The hierarchical multiple linear regression model used in this study identified the female gender, the mental resilience factors Structured Style and Social Resources, worry and perceived stress as unique predictors of sleep quality. When interpreting the results of the current study, it is important to consider the existing literature showing bidirectionality between sleep quality and stress (Kahn et al., 2013). Previous research has also shown that variations in sleep duration also lead to variations in mood and emotion regulation. Multiple studies have now shown that sleep of either reduced quality or quantity leads to poorer mood and impaired emotional regulation (Zohar et al., 2005; Baum et al., 2014). The role of emotional brain networks and REM sleep seem to be central in the mechanisms that underlie these links (for a review, see Kahn et al., 2013). To consider these complex and bidirectional relationships, which the authors were not able to address in this study due to the study design, future research should employ temporal investigations of how cognitive reactions to stress and perceived stress influence sleep, and vice versa. Utilizing ecological, day-to-day measurements of these variables will allow for thorough investigation of the complex relationships between these variables, for which studies utilizing cross-sectional research, as the present study, only provide a starting point. The present study focused on the notion that negative reactions to stress and perceived stress may worsen sleep quality, and may represent the starting point for future, more thorough research into this largely neglected area of sport psychology.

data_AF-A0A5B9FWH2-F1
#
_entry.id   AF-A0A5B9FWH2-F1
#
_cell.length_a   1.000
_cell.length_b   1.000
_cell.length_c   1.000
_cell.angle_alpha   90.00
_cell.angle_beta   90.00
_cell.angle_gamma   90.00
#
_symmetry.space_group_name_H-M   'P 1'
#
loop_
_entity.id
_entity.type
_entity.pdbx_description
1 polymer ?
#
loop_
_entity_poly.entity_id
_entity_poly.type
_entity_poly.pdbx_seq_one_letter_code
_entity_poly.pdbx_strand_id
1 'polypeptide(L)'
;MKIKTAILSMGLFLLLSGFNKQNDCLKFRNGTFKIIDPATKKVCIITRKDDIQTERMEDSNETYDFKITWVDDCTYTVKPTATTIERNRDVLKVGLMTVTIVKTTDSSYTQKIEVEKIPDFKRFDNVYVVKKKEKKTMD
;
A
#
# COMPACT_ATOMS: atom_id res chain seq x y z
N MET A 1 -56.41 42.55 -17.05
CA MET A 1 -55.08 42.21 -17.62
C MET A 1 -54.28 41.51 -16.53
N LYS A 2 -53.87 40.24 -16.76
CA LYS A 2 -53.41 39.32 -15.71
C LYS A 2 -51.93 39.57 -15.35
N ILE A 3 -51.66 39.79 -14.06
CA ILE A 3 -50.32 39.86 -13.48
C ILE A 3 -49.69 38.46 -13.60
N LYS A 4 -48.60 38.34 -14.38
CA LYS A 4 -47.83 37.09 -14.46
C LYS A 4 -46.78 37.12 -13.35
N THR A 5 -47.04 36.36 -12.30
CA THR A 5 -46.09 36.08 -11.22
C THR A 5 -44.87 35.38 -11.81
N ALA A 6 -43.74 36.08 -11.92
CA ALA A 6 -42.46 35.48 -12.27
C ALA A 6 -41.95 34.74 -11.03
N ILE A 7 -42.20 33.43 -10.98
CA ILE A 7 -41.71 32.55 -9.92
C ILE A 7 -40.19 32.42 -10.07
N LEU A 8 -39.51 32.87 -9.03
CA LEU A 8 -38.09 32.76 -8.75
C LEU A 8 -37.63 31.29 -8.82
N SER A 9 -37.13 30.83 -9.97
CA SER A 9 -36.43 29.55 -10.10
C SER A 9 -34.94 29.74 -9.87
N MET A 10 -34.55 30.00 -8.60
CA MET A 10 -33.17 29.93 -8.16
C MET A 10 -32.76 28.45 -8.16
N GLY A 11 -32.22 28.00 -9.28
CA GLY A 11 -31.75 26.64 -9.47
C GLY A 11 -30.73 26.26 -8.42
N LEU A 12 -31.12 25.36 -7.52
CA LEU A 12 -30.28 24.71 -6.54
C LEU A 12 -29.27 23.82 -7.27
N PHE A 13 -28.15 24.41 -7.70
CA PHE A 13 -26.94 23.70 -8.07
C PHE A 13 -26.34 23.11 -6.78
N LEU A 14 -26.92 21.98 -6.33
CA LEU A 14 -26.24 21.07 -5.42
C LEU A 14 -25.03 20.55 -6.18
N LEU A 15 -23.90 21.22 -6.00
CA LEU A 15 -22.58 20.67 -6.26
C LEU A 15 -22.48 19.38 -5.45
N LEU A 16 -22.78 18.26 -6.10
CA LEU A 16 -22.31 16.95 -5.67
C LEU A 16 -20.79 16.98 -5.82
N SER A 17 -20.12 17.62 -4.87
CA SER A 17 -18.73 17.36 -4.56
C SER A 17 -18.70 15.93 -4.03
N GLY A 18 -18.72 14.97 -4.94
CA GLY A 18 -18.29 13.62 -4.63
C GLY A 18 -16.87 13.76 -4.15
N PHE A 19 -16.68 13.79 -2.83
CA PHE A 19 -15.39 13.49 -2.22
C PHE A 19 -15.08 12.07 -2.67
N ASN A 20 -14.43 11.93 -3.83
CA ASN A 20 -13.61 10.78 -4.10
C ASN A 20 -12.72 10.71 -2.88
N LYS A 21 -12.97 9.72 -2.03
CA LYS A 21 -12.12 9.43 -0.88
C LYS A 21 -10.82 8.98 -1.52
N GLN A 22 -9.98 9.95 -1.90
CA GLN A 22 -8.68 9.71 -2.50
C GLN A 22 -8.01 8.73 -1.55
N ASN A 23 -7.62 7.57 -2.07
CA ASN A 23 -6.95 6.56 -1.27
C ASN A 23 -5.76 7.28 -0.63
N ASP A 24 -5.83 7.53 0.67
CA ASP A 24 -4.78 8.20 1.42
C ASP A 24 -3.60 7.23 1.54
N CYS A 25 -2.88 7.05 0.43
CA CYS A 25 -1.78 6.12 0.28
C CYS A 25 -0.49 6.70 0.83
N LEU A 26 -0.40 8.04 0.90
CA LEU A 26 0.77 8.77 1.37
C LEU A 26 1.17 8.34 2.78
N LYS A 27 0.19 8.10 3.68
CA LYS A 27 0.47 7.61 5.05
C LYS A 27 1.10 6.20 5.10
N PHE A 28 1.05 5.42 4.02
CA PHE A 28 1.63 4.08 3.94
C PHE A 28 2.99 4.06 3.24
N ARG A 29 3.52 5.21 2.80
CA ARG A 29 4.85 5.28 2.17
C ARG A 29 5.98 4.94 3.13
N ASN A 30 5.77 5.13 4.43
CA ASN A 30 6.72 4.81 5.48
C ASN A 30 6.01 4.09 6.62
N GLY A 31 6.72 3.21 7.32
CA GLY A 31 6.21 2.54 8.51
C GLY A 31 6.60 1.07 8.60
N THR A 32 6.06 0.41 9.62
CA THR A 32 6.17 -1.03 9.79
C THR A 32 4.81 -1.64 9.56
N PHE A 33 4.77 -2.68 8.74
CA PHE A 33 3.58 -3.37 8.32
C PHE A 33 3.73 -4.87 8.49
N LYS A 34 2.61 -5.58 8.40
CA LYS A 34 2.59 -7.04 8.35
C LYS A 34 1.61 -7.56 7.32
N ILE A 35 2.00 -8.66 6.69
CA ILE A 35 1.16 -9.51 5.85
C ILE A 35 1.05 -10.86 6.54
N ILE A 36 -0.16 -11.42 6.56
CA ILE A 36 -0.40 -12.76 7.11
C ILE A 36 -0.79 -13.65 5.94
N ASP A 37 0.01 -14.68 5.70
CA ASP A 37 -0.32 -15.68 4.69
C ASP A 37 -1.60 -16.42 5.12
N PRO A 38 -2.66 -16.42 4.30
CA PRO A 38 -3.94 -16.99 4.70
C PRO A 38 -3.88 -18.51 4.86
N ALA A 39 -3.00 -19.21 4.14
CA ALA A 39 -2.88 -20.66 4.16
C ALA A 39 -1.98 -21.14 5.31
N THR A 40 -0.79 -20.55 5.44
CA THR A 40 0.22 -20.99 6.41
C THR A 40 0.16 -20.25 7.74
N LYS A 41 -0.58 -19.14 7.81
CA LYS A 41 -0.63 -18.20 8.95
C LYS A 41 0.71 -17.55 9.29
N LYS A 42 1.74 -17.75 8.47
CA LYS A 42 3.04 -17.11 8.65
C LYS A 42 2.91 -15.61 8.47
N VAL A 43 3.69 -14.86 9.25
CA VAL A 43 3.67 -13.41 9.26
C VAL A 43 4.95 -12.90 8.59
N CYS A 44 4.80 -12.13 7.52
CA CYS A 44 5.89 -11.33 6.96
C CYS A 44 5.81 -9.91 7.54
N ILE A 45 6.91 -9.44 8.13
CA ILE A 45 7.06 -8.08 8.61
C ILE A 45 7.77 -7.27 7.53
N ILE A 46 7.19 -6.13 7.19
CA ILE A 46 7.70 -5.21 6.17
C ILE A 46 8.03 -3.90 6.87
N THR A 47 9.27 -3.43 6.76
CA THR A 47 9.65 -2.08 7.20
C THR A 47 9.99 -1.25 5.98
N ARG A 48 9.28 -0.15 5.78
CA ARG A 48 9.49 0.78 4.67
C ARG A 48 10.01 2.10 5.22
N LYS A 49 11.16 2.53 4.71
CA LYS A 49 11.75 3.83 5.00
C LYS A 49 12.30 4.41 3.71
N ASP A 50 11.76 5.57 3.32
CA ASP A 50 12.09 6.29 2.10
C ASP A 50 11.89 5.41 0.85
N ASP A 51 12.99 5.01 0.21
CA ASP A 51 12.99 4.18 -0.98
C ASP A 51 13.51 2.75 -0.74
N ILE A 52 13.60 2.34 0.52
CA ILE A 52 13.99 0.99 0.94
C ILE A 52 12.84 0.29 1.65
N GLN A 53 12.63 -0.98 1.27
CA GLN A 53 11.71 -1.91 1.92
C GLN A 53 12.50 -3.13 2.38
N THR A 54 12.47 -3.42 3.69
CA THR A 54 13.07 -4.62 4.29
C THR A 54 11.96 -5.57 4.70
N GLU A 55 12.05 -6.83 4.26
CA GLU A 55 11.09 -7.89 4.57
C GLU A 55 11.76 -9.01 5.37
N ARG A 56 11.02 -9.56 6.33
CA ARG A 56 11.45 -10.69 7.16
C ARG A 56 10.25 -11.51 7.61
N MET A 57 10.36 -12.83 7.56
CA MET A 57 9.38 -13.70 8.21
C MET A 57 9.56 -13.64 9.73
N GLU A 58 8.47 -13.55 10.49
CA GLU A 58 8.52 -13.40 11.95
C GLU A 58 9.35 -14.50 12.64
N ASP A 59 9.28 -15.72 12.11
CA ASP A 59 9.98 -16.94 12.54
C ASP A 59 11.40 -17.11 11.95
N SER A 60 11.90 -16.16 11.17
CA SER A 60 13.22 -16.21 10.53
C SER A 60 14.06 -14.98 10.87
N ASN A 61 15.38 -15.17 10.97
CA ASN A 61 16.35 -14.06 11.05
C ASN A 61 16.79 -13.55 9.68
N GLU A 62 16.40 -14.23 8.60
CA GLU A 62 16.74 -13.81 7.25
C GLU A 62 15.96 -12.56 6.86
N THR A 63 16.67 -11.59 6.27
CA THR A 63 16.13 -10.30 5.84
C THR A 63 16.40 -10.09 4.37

Regarding the existing literature, the results of the current study are the first to show the unique predictive value of female sex, the mental resilience factors Social Resources and Structured Style, cognitive reactions to stress represented by worry, and perceived stress, on the sleep quality in a large sample of junior athletes. The study was sufficiently powered, as shown by the a priori and the post hoc power analyses. These findings have important practical and theoretical implications, still they should be interpreted with some limitations in mind. First of all, the response rate in the present study was 34.9%, which poses a risk of potentially producing a bias due to non-response error, in the gathered data. We have no demographic or other data for those who did not participate precluding us from drawing conclusions about non-participants and a possible sample bias the present study. However, in developed, high-income countries, response rates in cross-sectional research utilizing surveys for data collection have been on a steady decline (reviewed in Rindfuss et al. (2015), and thus the relatively low response rate seen in the present study seems to be in line with typical compliance with survey research today.